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UK Offshore wind industry forecast to employ 100,000 people by 2030

Jobs within the expanding UK offshore wind industry could grow to almost 100,000 by 2030, with the private sector expected to invest £155 billion in new offshore wind projects over the next eight years, according to a study by the Offshore Wind Industry Council (OWIC). The data states that by 2030, the industry employment figures will exceed 97,000 in the UK, of which 61,000 will be direct industry jobs.

The offshore wind report expects the average annual investment in offshore wind to exceed £17 billion, higher than the total spend from last year. The rise in private investment is reportedly due to the expanding pipeline of offshore wind projects at all stages of development, which currently stands at 86GW. The significant increase is predominantly due to a major leasing round announcement by the Crown Estate (8GW) and Crown Estate Scotland (25GW of ScotWind). OWIC highlights another significant factor for this increase is the move to annual auctions for Contracts for Difference (CfD), which used to be every two years, accelerating the transition to renewable energy.

The latest report by OWIC suggests that the offshore wind industry currently supports over 31,000 jobs, representing a 16% increase from the 26,000 jobs highlighted in the previous survey. Of this figure, 19,600 are direct jobs within the offshore industry, while 11,500 are indirect positions within supply chain businesses responsible for manufacturing and other industries.

Currently, over 30% of offshore wind jobs are located in Scotland, while the region in England benefitting the most is Yorkshire and the Humber.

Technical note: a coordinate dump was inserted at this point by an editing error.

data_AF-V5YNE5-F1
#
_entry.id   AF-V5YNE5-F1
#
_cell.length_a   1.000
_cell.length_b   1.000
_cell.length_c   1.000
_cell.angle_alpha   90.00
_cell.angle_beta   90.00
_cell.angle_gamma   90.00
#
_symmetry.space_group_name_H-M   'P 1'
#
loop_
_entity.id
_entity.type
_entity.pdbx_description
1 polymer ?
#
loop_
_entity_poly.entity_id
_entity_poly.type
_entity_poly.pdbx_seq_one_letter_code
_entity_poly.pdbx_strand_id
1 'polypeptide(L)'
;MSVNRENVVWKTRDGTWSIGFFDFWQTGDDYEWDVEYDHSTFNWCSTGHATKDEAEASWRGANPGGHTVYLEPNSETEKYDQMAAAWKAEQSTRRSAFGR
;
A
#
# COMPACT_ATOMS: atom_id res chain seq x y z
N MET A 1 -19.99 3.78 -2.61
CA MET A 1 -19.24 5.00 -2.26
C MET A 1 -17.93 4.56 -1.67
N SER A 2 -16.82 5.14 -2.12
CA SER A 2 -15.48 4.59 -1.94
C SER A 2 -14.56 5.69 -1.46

The report highlights the significant progress in offshore wind and the transition towards a greener future. This growth will need to continue to ensure that we can meet the target of 50GW of offshore wind by 2030, a fivefold increase in our existing capacity.

It’s critical for industry and the Government to collaborate and address the skills shortages in areas such as electrical engineering and data management, increasing the number of high-quality jobs in offshore wind over the next few years.

The OWIC study showed that the number of women working in the offshore wind industry had increased slightly from 18% a year ago to 19.25%. To achieve the target of 33% of women working in the offshore wind industry by 2030, OWIC and the University of East Anglia launched a new joint research program known as ‘Clearing the Pathway for Women in Wind’. The project is part of the Offshore Wind Sector Deal, which includes a commitment from industry and the Government to ensure that women make up at least 33% of the workforce by 2030, with a stretch goal of 40%.

The project, co-funded by OWIC and UEA, will be unveiled in Norwich at the East of England Energy Group’s Southern North Sea Conference. Until October, the first project phase will include interviewing people from all industry levels and experts in STEM education. University researchers will explore factors influencing women’s entry, advancement, and retention. Ethnicity, nationality, age, sexuality, disability, class, culture, and religion are just a few examples. These are considered “intersectional” factors, which refer to a person’s social identity. In various situations, these factors interact to create advantages and disadvantages.

The second phase will examine how and why specific programs, policies, and initiatives succeed or fail. The research will result in publishing a report with recommendations on addressing the sector’s gender imbalance and delivering a new framework to encourage diversity.

According to the OWIC report, data highlights the need to address the potential risk of recruitment gaps by implementing measures to increase the number of skilled professionals, especially the electrical and digital skills required to enter the offshore wind industry and meet the current and future talent demand.

The cross-industry digital passport recently announced intends to increase the offshore wind industry workforce and make it easier for offshore workers in the oil and gas sector to transfer to offshore wind and other energy industries, establishing cross-industry careers.

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